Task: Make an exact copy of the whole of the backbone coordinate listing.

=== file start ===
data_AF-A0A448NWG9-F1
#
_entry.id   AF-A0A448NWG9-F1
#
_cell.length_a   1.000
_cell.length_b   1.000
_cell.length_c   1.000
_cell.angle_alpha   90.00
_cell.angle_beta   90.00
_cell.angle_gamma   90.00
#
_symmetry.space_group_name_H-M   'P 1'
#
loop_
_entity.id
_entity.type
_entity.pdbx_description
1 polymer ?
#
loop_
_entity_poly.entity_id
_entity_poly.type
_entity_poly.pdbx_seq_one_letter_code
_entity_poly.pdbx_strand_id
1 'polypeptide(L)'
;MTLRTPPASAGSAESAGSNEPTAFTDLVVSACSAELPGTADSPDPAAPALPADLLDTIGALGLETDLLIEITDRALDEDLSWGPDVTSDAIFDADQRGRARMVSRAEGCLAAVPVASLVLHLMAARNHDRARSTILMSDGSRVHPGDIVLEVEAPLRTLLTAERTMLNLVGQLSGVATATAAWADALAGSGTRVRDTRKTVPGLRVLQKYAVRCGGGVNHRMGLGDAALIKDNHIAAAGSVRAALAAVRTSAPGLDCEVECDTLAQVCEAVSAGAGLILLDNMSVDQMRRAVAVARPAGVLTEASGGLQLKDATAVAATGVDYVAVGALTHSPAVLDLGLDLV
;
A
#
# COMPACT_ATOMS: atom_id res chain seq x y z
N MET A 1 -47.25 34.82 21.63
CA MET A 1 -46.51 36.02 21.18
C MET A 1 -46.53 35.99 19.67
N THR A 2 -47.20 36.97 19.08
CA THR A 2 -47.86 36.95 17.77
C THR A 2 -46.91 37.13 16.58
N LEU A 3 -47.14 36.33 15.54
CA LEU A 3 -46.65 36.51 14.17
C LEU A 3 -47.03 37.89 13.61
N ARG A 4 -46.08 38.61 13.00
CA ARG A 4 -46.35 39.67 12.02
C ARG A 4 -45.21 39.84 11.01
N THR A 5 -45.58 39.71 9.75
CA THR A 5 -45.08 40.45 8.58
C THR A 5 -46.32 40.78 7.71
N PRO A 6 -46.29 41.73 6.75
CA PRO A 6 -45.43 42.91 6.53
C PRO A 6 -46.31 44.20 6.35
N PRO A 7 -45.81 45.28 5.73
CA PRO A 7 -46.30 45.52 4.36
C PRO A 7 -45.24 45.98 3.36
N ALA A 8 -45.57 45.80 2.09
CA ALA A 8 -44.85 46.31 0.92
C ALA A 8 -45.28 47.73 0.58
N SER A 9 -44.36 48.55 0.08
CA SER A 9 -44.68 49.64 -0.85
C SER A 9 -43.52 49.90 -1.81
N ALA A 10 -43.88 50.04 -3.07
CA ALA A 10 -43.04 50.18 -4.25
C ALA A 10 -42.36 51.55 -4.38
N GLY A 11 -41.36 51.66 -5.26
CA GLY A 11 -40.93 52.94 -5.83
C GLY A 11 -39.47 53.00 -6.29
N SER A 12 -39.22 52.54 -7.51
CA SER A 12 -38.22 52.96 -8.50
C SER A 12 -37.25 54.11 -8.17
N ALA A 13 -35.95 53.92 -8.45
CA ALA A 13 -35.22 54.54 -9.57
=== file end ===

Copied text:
data_AF-A0A448NWG9-F1
#
_entry.id   AF-A0A448NWG9-F1
#
_cell.length_a   1.000
_cell.length_b   1.000
_cell.length_c   1.000
_cell.angle_alpha   90.00
_cell.angle_beta   90.00
_cell.angle_gamma   90.00
#
_symmetry.space_group_name_H-M   'P 1'
#
loop_
_entity.id
_entity.type
_entity.pdbx_description
1 polymer ?
#
loop_
_entity_poly.entity_id
_entity_poly.type
_entity_poly.pdbx_seq_one_letter_code
_entity_poly.pdbx_strand_id
1 'polypeptide(L)'
;MTLRTPPASAGSAESAGSNEPTAFTDLVVSACSAELPGTADSPDPAAPALPADLLDTIGALGLETDLLIEITDRALDEDLSWGPDVTSDAIFDADQRGRARMVSRAEGCLAAVPVASLVLHLMAARNHDRARSTILMSDGSRVHPGDIVLEVEAPLRTLLTAERTMLNLVGQLSGVATATAAWADALAGSGTRVRDTRKTVPGLRVLQKYAVRCGGGVNHRMGLGDAALIKDNHIAAAGSVRAALAAVRTSAPGLDCEVECDTLAQVCEAVSAGAGLILLDNMSVDQMRRAVAVARPAGVLTEASGGLQLKDATAVAATGVDYVAVGALTHSPAVLDLGLDLV
;
A
#
# COMPACT_ATOMS: atom_id res chain seq x y z
N MET A 1 -47.25 34.82 21.63
CA MET A 1 -46.51 36.02 21.18
C MET A 1 -46.53 35.99 19.67
N THR A 2 -47.20 36.97 19.08
CA THR A 2 -47.86 36.95 17.77
C THR A 2 -46.91 37.13 16.58
N LEU A 3 -47.14 36.33 15.54
CA LEU A 3 -46.65 36.51 14.17
C LEU A 3 -47.03 37.89 13.61
N ARG A 4 -46.08 38.61 13.00
CA ARG A 4 -46.35 39.67 12.02
C ARG A 4 -45.21 39.84 11.01
N THR A 5 -45.58 39.71 9.75
CA THR A 5 -45.08 40.45 8.58
C THR A 5 -46.32 40.78 7.71
N PRO A 6 -46.29 41.73 6.75
CA PRO A 6 -45.43 42.91 6.53
C PRO A 6 -46.31 44.20 6.35
N PRO A 7 -45.81 45.28 5.73
CA PRO A 7 -46.30 45.52 4.36
C PRO A 7 -45.24 45.98 3.36
N ALA A 8 -45.57 45.80 2.09
CA ALA A 8 -44.85 46.31 0.92
C ALA A 8 -45.28 47.73 0.58
N SER A 9 -44.36 48.55 0.08
CA SER A 9 -44.68 49.64 -0.85
C SER A 9 -43.52 49.90 -1.81
N ALA A 10 -43.88 50.04 -3.07
CA ALA A 10 -43.04 50.18 -4.25
C ALA A 10 -42.36 51.55 -4.38
N GLY A 11 -41.36 51.66 -5.26
CA GLY A 11 -40.93 52.94 -5.83
C GLY A 11 -39.47 53.00 -6.29
N SER A 12 -39.22 52.54 -7.51
CA SER A 12 -38.22 52.96 -8.50
C SER A 12 -37.25 54.11 -8.17
N ALA A 13 -35.95 53.92 -8.45
CA ALA A 13 -35.22 54.54 -9.57